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When Student Activist Sabato Dug in for Clemons

The stage was set for a UVA basketball weekend in December 1973, and Student Council President Larry Sabato (Col ’74) was among the primary directors. Students and administrators would hobnob with 15 state legislators, take them to a game at University Hall—and show them how crowded Alderman Library could get.

It was all part of a monthslong strategy to secure $4.3 million to build what would become Clemons Library. At the time, enrollment was steadily rising, and students were jockeying for study space across Grounds. Alderman had one seat available for every 19 students, the Cavalier Daily reported.

Larry Sabato (Col ’74) was pivotal in gaining funding for Clemons Library. Courtesy UVA Center for Politics

Funding, however, would be hard-won; inflation and a brewing national energy crisis forced deep state budget cuts. But UVA had Sabato. The fourth-year student, now founder and director of UVA’s Center for Politics, was already an astute politician with a statewide presence. He had served as youth coordinator for independent Henry Howell (Law ’43), who lost the close 1973 governor’s race to Republican Mills Godwin (Law ’38). And unlike most of his Student Council predecessors, Sabato had a state legislative agenda. As president, he also won housing and tax reform initiatives for students. 

The work on behalf of Clemons Library began after a spring 1973 meeting with UVA President Edgar F. Shannon. The conversation turned to student needs; Sabato mentioned study spaces. Shannon had already called library expansion a top priority; a “readers library” had first been proposed in 1963. But funding was still needed. “That’s when I suggested to him, in very rough form, that maybe students could take on the task of lobbying,” Sabato recalls.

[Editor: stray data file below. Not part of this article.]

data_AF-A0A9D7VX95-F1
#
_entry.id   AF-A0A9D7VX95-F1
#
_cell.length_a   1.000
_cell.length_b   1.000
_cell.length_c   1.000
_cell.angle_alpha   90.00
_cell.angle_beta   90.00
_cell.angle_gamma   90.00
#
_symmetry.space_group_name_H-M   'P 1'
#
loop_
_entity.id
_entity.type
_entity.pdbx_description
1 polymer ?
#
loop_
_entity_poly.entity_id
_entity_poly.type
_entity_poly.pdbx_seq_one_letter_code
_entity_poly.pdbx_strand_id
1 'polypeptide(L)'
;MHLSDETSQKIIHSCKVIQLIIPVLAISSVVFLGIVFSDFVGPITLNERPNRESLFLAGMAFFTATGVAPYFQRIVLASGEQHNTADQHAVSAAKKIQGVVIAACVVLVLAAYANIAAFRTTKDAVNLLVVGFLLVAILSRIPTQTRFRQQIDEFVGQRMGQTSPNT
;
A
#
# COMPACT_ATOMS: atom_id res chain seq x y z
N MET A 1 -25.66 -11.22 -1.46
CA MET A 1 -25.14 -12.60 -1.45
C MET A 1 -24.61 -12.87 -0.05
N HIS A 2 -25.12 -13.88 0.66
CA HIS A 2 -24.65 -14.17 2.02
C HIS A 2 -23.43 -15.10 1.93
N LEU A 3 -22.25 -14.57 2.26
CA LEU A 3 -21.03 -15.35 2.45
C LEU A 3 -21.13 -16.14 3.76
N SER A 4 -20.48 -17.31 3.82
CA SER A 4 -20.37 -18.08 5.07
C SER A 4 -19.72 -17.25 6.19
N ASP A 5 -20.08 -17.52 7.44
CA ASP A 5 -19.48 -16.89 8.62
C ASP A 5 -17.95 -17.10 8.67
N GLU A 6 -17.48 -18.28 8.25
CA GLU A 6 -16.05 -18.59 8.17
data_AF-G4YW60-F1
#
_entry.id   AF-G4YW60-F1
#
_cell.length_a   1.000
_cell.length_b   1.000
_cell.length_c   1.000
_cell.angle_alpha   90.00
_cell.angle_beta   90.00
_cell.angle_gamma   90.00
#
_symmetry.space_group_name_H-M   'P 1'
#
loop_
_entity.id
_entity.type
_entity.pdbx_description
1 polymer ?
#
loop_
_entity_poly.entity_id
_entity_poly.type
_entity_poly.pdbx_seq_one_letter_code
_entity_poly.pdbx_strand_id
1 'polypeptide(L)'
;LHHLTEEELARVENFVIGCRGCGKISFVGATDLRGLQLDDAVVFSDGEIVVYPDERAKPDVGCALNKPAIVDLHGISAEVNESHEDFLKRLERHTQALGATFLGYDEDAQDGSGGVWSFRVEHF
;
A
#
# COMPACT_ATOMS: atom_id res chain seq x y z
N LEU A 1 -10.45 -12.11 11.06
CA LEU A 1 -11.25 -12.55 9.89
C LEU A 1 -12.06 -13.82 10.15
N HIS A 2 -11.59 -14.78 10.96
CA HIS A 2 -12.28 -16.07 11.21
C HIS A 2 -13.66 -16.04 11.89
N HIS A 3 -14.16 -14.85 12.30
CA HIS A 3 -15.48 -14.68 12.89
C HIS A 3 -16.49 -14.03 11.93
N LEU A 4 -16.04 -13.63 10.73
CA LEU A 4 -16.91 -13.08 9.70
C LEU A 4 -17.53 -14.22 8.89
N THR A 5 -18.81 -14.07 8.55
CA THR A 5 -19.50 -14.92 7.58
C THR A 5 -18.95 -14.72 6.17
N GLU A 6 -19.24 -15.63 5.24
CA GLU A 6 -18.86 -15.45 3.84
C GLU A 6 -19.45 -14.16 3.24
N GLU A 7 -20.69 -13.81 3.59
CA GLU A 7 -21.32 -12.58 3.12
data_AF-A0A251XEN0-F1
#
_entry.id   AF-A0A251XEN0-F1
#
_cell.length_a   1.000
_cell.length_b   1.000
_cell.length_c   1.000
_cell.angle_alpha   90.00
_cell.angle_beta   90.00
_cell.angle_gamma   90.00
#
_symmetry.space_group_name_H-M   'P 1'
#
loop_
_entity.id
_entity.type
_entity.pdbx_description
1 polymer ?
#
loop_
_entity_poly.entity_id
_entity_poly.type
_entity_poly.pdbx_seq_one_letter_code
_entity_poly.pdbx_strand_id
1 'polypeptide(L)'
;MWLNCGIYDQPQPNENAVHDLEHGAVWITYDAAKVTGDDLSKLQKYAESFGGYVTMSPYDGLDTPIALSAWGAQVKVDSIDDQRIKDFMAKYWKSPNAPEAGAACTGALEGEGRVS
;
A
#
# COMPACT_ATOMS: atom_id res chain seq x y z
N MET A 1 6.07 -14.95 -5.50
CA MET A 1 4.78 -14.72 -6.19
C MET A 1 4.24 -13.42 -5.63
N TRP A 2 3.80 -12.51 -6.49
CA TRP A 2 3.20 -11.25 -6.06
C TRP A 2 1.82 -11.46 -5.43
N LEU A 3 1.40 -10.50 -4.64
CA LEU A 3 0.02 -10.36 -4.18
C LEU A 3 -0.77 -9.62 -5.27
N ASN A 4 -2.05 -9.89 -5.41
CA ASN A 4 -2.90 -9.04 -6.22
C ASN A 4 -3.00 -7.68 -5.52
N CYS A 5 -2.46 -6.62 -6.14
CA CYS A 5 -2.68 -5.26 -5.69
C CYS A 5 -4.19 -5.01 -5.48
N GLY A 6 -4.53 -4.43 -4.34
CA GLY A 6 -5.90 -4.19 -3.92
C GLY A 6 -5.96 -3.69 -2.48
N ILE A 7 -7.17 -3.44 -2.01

Students did “classic grassroots organizing,” says Ann Sowder (Col ’76), a second-year Student Council member at the time. They assembled students from the districts of key lawmakers to plead the case. Then came the basketball weekend in Charlottesville. Legislators watched UVA beat Duke 104-82 on Saturday night and toured Alderman the next day. Sunday morning wasn’t usually a busy time at the library, but the lawmakers found the study carrels full. “I hate to admit this, but we recruited a very large group of students from the first-year dorms with the help of the resident advisers,” Sabato says. 

The tactics were effective. In January, when Gov. Linwood Holton’s state budget included full funding for the library, a Daily Progress headline declared, “Student Power Pays,” crediting the Student Council. With the General Assembly session underway, Sabato brought students to Richmond to lobby alongside UVA administrators. 

Throughout the effort, students weren’t on their own, Sabato says. Shannon, along with Edwin M. Crawford, then UVA’s vice president of public affairs, and William H. Fishback Jr., then university relations director, were among the administrators who worked behind the scenes. “Edgar Shannon really wanted to see this happen, and it was his final year as president,” Sabato says.

UVA didn’t win all $4.3 million that year. Once he took office, Godwin announced deep budget cuts. But lawmakers approved $105,000 for planning, an indication that more money would come. Full funding arrived in 1977. Sabato turned a shovel at the groundbreaking, and Clemons opened in March 1982. In 2019, 550,000 people walked through its doors, many of them students. And they can thank students like them who, nearly 50 years ago, just wanted a place to study.

“It was just so interesting and fun and important,” Sowder says of the work. “You felt like you were really doing something.”